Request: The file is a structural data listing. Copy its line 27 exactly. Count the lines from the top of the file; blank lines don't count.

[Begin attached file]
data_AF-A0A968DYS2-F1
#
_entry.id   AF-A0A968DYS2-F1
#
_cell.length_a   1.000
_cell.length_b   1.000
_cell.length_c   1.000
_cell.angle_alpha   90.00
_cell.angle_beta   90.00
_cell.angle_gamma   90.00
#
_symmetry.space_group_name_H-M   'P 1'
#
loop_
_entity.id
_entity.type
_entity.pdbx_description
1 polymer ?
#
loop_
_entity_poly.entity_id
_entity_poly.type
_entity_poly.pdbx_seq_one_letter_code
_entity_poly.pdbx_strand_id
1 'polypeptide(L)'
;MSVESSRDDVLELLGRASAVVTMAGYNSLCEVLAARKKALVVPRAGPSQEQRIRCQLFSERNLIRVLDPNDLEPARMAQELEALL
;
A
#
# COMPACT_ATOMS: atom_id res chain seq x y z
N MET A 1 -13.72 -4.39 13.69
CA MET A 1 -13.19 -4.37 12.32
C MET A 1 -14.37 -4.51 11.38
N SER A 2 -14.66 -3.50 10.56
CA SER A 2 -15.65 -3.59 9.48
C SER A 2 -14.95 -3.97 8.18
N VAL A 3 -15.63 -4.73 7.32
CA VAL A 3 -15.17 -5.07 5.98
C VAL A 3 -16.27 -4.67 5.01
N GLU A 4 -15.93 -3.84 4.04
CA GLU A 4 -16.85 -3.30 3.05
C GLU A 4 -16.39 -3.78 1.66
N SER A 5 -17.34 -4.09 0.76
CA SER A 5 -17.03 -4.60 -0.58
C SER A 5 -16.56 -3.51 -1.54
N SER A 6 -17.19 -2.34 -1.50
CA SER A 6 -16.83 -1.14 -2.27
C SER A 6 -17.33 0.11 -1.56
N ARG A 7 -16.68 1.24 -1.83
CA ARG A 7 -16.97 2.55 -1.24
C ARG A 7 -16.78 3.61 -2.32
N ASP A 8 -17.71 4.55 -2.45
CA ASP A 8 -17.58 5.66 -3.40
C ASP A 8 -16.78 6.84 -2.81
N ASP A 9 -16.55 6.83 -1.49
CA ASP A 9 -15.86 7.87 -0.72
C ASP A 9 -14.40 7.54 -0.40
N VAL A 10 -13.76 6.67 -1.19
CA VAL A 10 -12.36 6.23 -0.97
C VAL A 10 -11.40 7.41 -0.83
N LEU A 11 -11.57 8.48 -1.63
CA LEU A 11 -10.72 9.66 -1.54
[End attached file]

;